There's no such thing as a free lunch. Unfortunately, many seniors are discovering how costly "free" lunches or dinners can be when they are disguised as retirement seminars.
Senior investment fraud is on the rise. The obvious reason is demographics: baby boomers are reaching the retirement age; our population is not only aging but seniors are living longer. But along with them are countless con artists with one scam or another - identity theft, telemarketing schemes, and one of the nastiest, investment seminars for seniors. These retirement seminars, run by so-called "senior specialists", are basically designed to steal a senior's retirement income.
Most seniors take a lifetime to save for their retirement, but too few of them take the time to protect their money, and these specialists are counting on them not researching before they invest.
These specialists - retirement seminar instructors - are preying on seniors by using the education excuse: they are counting on seniors wanting to learn about investing. The key to stopping retirement fraud is to educate seniors on these scams and how to look out for con artists.
Potential Investors Beware!
Some titles of seminar scams are the following:
• Asset Protection for Seniors
• Common Sense Retirement Strategies
• Six Mistakes Retirees Make with Their Finances
• Striking it Rich in Retirement
• Tax free IRA/401 K Withdrawals
These seminars are often run by people well versed in high-pressure sales and tactics. They lure you with a free lunch or lavish dinner and usually cover topics of particular interest to seniors and retirees such as asset protection, estate planning and taxes and real estate investments.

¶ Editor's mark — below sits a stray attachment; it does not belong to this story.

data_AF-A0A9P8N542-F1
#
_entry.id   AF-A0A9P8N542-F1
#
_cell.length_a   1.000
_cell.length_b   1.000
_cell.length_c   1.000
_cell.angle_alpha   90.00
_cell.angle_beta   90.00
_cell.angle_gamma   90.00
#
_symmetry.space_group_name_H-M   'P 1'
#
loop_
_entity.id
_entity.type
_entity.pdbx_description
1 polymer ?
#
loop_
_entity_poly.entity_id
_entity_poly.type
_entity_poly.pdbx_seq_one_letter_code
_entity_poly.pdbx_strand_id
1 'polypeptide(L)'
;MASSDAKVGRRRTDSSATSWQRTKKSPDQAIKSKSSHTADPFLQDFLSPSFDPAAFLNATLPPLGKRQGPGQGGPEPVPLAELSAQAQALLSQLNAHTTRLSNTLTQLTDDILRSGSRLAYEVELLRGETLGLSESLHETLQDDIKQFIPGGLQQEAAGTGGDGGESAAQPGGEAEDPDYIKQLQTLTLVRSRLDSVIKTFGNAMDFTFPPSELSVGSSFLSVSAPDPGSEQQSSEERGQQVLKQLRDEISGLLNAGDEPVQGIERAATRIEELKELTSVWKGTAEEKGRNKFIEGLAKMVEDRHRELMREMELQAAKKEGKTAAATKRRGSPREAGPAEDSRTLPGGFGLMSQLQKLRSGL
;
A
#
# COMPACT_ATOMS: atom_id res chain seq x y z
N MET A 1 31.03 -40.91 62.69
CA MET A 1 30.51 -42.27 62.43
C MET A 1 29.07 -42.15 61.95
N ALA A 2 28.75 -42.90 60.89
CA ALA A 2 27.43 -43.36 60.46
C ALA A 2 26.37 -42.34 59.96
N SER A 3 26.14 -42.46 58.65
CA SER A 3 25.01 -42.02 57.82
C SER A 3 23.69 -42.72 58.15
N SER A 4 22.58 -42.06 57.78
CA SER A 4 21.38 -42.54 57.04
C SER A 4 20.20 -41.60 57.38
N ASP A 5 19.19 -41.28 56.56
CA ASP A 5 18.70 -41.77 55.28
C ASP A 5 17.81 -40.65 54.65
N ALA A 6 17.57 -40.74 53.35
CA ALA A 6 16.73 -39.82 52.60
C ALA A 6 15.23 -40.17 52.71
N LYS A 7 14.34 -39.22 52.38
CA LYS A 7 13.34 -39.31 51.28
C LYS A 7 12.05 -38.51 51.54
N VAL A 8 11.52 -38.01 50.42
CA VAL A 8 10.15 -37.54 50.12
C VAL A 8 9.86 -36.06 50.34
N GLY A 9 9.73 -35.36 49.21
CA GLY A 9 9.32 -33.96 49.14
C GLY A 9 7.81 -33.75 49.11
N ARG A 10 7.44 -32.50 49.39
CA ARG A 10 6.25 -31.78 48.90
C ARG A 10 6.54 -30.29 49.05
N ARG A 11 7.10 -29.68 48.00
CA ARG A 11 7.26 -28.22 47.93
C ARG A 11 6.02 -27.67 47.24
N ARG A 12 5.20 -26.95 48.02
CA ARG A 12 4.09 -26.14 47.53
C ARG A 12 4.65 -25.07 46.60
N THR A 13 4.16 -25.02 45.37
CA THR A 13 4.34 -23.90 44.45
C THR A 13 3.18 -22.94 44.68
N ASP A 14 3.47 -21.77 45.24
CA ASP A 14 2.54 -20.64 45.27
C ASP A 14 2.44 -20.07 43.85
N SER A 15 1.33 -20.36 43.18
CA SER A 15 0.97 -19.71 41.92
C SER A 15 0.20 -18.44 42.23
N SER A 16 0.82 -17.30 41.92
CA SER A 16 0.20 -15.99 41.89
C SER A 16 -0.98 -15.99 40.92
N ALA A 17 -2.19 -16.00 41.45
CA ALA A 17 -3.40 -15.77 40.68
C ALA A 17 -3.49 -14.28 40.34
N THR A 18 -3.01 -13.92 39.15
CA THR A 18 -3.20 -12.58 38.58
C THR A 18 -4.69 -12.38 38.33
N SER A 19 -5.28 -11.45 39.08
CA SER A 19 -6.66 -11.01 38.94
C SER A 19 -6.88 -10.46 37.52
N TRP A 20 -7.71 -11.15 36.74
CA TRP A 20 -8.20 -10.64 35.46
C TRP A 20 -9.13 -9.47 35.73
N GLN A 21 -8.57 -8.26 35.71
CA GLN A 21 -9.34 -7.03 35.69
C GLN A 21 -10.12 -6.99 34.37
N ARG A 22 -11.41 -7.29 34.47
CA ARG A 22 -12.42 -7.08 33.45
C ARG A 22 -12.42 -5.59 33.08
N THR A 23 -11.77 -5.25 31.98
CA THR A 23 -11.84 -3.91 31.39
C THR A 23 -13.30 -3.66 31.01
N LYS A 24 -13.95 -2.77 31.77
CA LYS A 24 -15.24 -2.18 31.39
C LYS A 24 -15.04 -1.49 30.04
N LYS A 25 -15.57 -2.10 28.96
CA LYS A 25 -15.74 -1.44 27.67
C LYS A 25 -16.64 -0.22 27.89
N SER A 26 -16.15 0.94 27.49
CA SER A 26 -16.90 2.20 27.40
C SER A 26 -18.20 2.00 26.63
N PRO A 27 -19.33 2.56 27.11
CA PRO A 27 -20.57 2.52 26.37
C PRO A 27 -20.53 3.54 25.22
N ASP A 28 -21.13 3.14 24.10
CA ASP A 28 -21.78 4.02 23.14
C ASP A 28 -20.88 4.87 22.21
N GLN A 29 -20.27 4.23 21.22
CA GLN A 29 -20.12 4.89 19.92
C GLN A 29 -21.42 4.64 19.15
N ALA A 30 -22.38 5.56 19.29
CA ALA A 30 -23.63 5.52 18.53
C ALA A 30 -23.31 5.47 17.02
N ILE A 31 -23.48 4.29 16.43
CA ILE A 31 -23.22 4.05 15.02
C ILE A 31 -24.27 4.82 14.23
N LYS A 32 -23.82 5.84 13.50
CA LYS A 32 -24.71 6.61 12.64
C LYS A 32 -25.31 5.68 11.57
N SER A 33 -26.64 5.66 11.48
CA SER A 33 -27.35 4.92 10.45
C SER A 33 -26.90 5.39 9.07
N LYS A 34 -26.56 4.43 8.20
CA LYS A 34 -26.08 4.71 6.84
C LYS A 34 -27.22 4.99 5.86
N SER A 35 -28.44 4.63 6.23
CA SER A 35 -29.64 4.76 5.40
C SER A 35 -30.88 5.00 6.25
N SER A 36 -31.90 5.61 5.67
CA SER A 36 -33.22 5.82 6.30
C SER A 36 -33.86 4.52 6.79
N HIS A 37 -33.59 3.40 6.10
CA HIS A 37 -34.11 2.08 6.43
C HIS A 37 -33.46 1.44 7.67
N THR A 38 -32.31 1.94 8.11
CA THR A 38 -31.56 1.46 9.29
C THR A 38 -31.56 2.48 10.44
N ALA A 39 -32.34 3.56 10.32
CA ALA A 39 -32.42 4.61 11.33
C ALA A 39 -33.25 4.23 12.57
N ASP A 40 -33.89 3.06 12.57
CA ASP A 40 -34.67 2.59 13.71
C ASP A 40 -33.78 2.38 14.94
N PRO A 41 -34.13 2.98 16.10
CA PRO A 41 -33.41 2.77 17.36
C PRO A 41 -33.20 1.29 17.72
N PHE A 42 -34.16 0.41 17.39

These seminars are advertised in all the usual channels: local radio, newspapers and magazines, by direct mailings or e-mails. Quite often a specific product will be the calling card, such as annuities (variable and equity indexed), followed by insurance, REITs (real estate investment trusts) and mutual funds.
Don't be fooled by slick presentations. Seminars often include glossy brochures, workbooks, PowerPoint slides and notes and handouts.
What You Can Do to Prevent Investment Fraud
Check the credentials of people who are purported "senior specialists". If they are unwilling to disclose their credentials, chances are you are their next victim.
Research has proven that prevention and education are major deterrents to investment fraud. To that end, [NASD] (the world's leading private-sector provider of financial regulatory services) recently joined with the staff of the Securities and Exchange Commission (SEC) and the Florida Office of Financial Regulation in a new initiative focused on sales seminars. Companies will be scrutinized to determine whether their sales seminars are legitimate.
For information about brokers or to lodge a complaint, investors can also contact their state securities department. Each state has a separate securities department that regulates the securities industry. Investors can also file a complaint directly with NASD.
Legal professionals are filing cases against companies offering retirement planning seminars that are used to sell annuities. These "free" lunches or dinners are turning out to be very costly. Unbeknownst to the consumer, annuities have high fees if they are cancelled any time in the first 5-10 years. Also, since annuities often earn less than a C.D., they are usually not a good investment for retirement planning.
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Retirement Seminar Fraud: Seniors Beware
|. By Jane Mundy|
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